China may soon come to Russia’s aid and provide liquidity according to the South China Morning Post:
“Russia could fall back on its 150 billion yuan (HK$189.8 billion) currency swap agreement with China if the rouble continues to plunge”.
If the swap deal is activated for this purpose, it would mark the first time China is called upon to use its currency to bail out another currency in crisis. The deal was signed by the two central banks in October, when Premier Li Keqiang visited Russia.
“Russia badly needs liquidity support and the swap line could be an ideal tool,” said Bank of Communications chief economist, Lian Ping.
The swap allows the central banks to directly buy yuan and rouble in the two currencies, rather than via the U.S .dollar.
This highlights the long-term error of the west – pushing Russia into China’s sphere of influence.
For the first time in fifty years a country may be bailed out using a currency other than the dollar.
This, possibly, paves the way for the Chinese Yuan to assume the role of a global reserve currency.
Also, it is worth noting that a weak Russia is not in China’s military interest at this time of simmering geopolitical tensions.
In the event of problems in the international monetary system – sellers of tangible wealth will want payment in a currency with some intrinsic value.
GoldCore Insight: Currency Wars: Bye, Bye Petrodollar – Buy, Buy Gold
Today’s AM fix was USD 1,210.75, EUR 982.03 and GBP 773.64 per ounce.
Yesterday’s AM fix was USD 1,199.00, EUR 962.36 and GBP 763.16 per ounce.
Spot gold fell $7.40 or 0.62% to $1,188.90 per ounce yesterday and silver rose $0.03 or 0.19% to $15.77 per ounce.
Spot gold in London rose over 2% after the Federal Reserve stated yesterday that it would take a patient approach towards increasing interest rates. This led to rising stock and commodities markets and hurt the U.S. dollar.
Gold in Singapore rose nearly 1% to $1,202.08 an ounce, and traded at $1,201.11 at 2:49 p.m. in Singapore, noted Bloomberg.
U.S. Fed chief, Janet Yellen, said the Fed was not likely to raise rates for “at least a couple of meetings”, this has market participants focused on April 2015.
In London, spot gold climbed 1.8% to $1,209.46 an ounce after 1040 GMT.
Comex U.S. February gold was up 1.3% at $1,209.90 an ounce. Spot silver gained 3.2% to $16.19 an ounce.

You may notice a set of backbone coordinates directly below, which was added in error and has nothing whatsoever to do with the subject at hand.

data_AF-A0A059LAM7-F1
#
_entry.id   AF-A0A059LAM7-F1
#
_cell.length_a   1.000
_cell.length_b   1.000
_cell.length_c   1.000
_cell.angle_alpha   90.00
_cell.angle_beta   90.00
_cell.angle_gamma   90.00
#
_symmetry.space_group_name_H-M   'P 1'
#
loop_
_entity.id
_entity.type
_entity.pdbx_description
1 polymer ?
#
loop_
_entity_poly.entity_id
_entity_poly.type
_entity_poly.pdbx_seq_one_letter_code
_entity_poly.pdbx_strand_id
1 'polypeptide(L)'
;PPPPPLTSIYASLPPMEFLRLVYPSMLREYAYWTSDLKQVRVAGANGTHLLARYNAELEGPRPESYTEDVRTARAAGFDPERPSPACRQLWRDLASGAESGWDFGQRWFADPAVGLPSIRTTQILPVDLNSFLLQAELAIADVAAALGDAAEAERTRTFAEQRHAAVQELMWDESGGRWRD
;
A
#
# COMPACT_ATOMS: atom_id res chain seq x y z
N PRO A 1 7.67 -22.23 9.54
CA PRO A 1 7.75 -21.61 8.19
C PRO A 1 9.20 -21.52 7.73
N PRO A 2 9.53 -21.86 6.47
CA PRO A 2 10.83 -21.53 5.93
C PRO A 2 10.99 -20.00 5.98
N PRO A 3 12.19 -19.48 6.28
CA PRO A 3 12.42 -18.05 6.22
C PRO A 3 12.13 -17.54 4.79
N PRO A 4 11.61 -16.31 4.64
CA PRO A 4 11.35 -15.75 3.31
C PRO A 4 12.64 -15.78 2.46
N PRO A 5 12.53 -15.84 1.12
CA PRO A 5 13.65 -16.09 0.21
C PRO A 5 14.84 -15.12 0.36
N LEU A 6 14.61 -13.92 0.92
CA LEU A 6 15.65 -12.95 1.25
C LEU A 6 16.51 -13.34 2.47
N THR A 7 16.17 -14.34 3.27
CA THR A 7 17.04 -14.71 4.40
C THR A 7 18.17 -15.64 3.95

Spot platinum was up 2.2% at $1,212.60 an ounce, while spot palladium rose 1.8% to $789.63 an ounce.
Get Breaking News and Updates On Gold Here
Switzerland imposes negative interest rates to keep franc from rising
Interest Rate Cut Shocks Swiss Franc Lower
By Jemima Kelly
Thursday, December 18, 2014
LONDON — The Swiss franc hit a 28-month trough against the dollar and fell against the euro on Thursday after the Swiss National Bank said it would introduce negative interest rates to stop further currency appreciation.
In a surprise statement, the SNB said it would impose an interest rate of -0.25 percent on some large deposits held by investors in Swiss francs, as it seeks to discourage buying of the currency as a safe haven.
SNB Chairman Thomas Jordan also confirmed on Thursday that the bank had intervened in foreign exchange markets, in another effort to defend the central bank’s three-year-old cap of 1.20 francs per euro. …
… For the remainder of the report:
Koos Jansen delves into the decision by Australia to audit the gold at the Bank of England. How on earth could there be something wrong with England’s figure of 80 tonnes for Australia?.
(courtesy Koos Jansen)
Written by Bullion Baron:
Two years ago the news was publicly broken on the BullionBaron.com website that 99.9% of Australia’s Gold reserves are stored at the Bank of England in the United Kingdom. Attempts by another blogger, interested in the whereabouts of Australia’s Gold, had been rejected by the Reserve Bank of Australia (RBA) only several months earlier, “The Bank does not publish the location of its gold reserves.”
Decisions like this don’t happen in a black hole. Something changed the RBA’s mind, between August 2012 and December 2012, on making the location of Australia’s Gold reserves public.
From my observation, the RBA tends to follow the lead of other Central Banks, so the decision to release information on the location of Australia’s Gold may have been a result of Germany’s Central Bank (Deutsche Bundesbank) deciding to do so in October 2012 (interview containing the information originally released is no longer published on the site, butavailable via Web Archive). Only a month later, in November 2012, the Austrian Central Bank released the location of their Gold reserves, revealing that 80% resided in the UK, 3% in Switzerland and 17% in Austria. Cue the RBA feeling comfortable to release the location details of Australia’s Gold around 1 month later.
A recent experience of mine with the RBA further highlighted their desire to follow in the footsteps of other Central Banks rather than to think for themselves. A Freedom Of Information (FOI) request I made for the Gold bar list was initially rejected, but after lodging an appeal with the Office of the Australian Information Commissioner (OIAC), highlighting that the United States published a list of their Gold bars details (sans the serial number), the RBA decided to follow suit (RBA Gold Bar Details).